Inside of the Jewish museum was a collection of work by the artist Bedřich Fritta. Bedřich Fritta was a Jewish artist trained in Paris who was later taken to the Theresienstadt ghetto during the second War. Here Fritta supervised the drawing studio of the Jewish technical department. There were up to 20 imprisoned artists working to produce construction plans and illustrations for reports that had to be sent to the SS commandant’s office. The illustrations that they were produced were to show the ghetto as a smoothly functioning, self governed model settlement. They were to hide the truth that was the misery and horror this “model” concentration camp was really.
The drawings that were on display were not this officially commissioned works but the unofficial drawings Fritta hid depicting the truth of the Theresienstadt ghetto. These works he created in inks and pen, later hiding in the walls of this place. The strongly contrasted drawings evoke the pain and ghastliness that Fritta must have felt each day. They depict the malnourished inhabitants and paint a truly dreadful picture of life for the victims of this war. In a few works it even illustrates how those running this ghetto would embellish the area when visitors came, hiding bodies and “fixing up” the model Jewish inhabitants.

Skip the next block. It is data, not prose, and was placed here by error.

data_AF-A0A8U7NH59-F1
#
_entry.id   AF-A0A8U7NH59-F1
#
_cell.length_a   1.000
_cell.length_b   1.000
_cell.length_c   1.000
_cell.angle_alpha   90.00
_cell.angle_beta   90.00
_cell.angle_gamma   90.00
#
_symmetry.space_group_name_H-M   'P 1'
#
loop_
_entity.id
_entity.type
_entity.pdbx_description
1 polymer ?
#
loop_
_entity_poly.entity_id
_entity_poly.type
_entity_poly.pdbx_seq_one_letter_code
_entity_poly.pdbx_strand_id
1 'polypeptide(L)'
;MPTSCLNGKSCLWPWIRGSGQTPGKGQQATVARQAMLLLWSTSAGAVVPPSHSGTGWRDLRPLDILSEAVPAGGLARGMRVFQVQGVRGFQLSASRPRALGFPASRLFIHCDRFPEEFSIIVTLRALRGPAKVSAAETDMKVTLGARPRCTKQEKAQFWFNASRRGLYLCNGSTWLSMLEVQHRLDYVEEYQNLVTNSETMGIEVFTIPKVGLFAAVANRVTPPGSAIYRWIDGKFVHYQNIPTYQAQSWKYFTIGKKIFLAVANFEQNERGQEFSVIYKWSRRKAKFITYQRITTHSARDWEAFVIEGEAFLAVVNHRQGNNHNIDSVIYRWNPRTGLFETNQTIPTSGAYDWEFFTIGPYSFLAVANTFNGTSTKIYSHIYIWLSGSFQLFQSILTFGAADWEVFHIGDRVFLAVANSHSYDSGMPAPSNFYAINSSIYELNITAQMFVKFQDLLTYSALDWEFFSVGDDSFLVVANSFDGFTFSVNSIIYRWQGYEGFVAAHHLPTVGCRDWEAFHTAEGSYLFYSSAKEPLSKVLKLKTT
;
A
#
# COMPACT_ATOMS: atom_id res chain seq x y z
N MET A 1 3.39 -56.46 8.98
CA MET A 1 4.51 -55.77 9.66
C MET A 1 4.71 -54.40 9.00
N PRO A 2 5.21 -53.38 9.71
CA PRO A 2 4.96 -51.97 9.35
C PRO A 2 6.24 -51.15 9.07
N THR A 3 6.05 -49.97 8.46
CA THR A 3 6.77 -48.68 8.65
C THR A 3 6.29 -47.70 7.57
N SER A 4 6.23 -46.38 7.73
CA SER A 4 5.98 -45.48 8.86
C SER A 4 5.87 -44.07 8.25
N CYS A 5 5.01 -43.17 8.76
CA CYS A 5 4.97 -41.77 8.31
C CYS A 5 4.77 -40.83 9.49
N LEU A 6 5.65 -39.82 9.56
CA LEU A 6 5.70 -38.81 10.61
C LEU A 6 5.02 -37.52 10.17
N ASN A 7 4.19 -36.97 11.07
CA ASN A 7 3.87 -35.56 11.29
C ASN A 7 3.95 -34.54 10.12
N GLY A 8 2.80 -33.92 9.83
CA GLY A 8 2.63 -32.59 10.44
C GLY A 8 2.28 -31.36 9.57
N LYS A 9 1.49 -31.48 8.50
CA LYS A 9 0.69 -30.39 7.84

I find it this work to be a true testimony of how strong this artist was during this trying time. Despite knowing the amount of trouble he could encounter, the hardships and injustice he saw pushed him to create this work. There was one piece that really touched me. It was a small movie that was made of a book he drew or his son Tomas for his third birthday. Unfortunately, these unofficial drawings were found, sending Fritta and his family to a Gestapo jail. Later Fritta was sent to Auschwitz where he died of exhaustion.